Into the Unknown Pamplin students to reshape business world
he new entrepreneurship and innovation major certainly has a ring to it. “’Innovation’ is the buzzword right now,” Charmaine Wan, ’14, said. “Saying you have a degree in entrepreneurship and innovation management is a lot more impressive than saying you have one in just marketing and management.” Students with the new major take classes in business innovation, marketing research, opportunity assessment and more. They can pick from a variety of electives that never would have shown up in UP’s bulletin ten years ago: sustainable marketing, social entrepreneurship, etc. Connor Whan, ’14, considers the freedom the EIM major gives its students to be the most invigorating and challenging part of his academic career. “The content isn’t black and white,” Whan said. “Entrepreneurship is, in large part, very open to personal opinions, strategies and ideas that are up to the entrepreneurs themselves to come up with, so the professors play more of a guiding role rather than a lecturing role.” Since entrepreneurship is what you make of it, the elusive nature of the degree pushes students to use the best of their creative business tools to carve out their own paths. “The major is essentially studying to be successful in something that doesn’t exist or isn’t at its best today, so there is a lot of thinking outside the box and creative thinking that’s involved. But the critical thinking and ingenuity that it requires you to have are skills that will allow you to be successful in any business endeavor,” Whan said. For Wan, also an EIM major, knowing how to explore and implement big ideas is the biggest challenge of all.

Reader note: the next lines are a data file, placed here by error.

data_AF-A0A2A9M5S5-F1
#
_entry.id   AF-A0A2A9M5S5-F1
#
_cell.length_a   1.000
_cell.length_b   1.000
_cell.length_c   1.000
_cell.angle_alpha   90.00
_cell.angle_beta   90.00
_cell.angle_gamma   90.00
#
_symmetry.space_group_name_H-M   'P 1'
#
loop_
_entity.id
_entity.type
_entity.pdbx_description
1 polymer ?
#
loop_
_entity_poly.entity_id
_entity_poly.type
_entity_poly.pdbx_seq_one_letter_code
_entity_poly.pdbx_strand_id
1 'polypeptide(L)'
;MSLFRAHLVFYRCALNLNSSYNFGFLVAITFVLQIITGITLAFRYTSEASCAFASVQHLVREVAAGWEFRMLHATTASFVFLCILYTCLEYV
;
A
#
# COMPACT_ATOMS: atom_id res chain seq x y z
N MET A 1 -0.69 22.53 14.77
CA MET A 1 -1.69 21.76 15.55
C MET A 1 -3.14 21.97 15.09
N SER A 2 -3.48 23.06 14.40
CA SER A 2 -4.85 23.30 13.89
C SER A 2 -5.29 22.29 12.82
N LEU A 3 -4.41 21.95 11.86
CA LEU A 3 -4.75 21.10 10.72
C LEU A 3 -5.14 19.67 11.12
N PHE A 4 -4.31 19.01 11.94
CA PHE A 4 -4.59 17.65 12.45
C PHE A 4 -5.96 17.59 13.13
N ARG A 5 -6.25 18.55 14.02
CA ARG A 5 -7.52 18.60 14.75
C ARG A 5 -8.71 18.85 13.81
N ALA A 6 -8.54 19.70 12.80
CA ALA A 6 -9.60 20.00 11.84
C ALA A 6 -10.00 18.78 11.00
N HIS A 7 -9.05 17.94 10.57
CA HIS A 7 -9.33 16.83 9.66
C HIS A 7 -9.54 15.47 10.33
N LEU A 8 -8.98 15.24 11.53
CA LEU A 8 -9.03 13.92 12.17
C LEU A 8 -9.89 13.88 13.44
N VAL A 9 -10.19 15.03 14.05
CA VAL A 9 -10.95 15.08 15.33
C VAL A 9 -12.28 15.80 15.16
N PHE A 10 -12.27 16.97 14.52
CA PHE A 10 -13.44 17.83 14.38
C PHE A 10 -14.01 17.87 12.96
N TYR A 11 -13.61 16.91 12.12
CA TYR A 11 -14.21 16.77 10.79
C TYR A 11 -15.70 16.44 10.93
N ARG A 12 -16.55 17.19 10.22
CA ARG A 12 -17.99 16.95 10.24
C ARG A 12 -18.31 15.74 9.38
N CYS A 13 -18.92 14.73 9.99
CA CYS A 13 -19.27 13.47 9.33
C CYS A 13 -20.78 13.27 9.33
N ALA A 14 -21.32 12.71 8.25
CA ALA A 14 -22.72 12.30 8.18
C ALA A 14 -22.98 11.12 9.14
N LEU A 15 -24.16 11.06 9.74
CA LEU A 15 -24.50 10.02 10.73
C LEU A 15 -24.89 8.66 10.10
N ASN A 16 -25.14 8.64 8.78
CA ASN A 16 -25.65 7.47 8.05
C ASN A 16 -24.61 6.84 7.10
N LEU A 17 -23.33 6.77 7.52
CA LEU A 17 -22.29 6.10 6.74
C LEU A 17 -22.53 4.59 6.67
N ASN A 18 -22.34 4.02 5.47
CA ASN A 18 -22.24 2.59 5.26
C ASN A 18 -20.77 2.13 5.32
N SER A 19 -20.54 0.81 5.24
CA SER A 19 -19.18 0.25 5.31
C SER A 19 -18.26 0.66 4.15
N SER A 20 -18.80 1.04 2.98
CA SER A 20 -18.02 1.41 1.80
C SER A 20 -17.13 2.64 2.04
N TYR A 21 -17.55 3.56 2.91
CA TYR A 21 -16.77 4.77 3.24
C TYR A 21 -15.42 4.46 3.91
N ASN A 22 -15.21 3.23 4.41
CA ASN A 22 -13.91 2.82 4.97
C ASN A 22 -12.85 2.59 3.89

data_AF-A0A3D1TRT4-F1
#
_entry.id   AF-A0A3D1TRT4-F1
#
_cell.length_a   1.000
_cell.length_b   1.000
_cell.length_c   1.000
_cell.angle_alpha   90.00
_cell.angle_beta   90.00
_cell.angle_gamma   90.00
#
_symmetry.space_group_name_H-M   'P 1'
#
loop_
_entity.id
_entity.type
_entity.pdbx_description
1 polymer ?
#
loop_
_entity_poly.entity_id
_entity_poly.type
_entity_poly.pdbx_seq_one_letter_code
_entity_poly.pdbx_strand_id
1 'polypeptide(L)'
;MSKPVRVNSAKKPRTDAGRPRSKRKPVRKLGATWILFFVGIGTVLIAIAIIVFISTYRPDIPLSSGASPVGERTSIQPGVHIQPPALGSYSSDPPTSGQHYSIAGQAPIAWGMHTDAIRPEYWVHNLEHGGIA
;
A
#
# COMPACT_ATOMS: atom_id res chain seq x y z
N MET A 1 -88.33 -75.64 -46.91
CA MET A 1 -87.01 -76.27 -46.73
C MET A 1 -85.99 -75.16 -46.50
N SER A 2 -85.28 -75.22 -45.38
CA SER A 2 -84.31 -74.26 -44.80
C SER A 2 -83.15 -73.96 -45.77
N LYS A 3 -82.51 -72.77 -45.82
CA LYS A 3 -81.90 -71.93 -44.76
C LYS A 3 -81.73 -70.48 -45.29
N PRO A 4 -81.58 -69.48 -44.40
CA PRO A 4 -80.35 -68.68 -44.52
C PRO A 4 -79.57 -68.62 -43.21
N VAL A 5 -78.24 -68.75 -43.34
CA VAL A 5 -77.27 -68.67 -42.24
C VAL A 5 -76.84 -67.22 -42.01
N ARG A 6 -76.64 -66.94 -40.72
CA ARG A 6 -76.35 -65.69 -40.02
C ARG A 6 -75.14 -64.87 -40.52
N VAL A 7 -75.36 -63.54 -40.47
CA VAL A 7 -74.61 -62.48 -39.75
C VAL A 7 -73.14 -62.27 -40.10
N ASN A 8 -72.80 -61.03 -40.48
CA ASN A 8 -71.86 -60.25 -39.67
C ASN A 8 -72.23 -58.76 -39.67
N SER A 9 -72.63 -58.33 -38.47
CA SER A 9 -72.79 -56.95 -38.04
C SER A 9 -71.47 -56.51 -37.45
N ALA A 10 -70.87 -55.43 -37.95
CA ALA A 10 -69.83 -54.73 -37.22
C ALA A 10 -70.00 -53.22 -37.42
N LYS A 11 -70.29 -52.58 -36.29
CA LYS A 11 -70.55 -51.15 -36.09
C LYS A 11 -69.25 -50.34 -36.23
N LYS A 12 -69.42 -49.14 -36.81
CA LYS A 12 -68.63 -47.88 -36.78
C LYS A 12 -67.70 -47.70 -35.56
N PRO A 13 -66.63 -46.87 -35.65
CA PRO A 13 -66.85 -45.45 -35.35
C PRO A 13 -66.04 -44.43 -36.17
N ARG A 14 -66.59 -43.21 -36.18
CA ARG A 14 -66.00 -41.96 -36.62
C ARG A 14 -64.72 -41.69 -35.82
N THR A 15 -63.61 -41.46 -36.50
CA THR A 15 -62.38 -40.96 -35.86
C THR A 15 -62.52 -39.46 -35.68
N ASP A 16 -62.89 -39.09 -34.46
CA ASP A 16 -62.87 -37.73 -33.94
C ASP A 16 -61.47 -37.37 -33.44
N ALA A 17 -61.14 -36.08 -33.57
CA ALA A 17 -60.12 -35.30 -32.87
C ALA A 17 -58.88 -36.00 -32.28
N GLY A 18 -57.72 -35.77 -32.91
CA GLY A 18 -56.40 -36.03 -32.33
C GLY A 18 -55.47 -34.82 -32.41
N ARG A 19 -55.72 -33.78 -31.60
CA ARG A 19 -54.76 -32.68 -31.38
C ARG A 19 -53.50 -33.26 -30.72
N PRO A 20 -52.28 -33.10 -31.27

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“There are always good ideas but you have to be able to recognize them,” she said. Wan, who already has an internship at a Hong Kong consulting company under her belt, is interested in going into marketing and research. Whan, who has spent his life observing his entrepreneurial father’s business successes, finds the uncertainty of his future exciting. “Most college graduates get a degree and find a job with a steady income, but many entrepreneurs tend to be on either side of the spectrum because of the openness the career entails. I’ll probably be an aspiring entrepreneur on the low side until I create a product that’s well-received and hopefully allows me to live a little more leisurely.” Marketing and sustainability major Alex Gatewood, ’14, is impressed by the ideas of his fellow business students and has faith the future success of students like Whan. “The entrepreneurial spirit is really strong in most of the business majors I’ve met at UP. Each one of them has an interesting new product idea or a way to change or alter an existing business model,” he said. However, brainstorming sessions are not without their lighthearted moments. “Classes like Introduction to Marketing are heavy on group projects that cultivate idea generation. Sometimes you hear ridiculous ideas too that are pretty entertaining,” Gatewood said. Gatewood is on the soccer team and dreams of either combining his love of sports and business by someday working for a company like Nike or Adidas or breaking into creative advertising and marketing. He is confident that his studies at UP are arming him with the knowledge and skills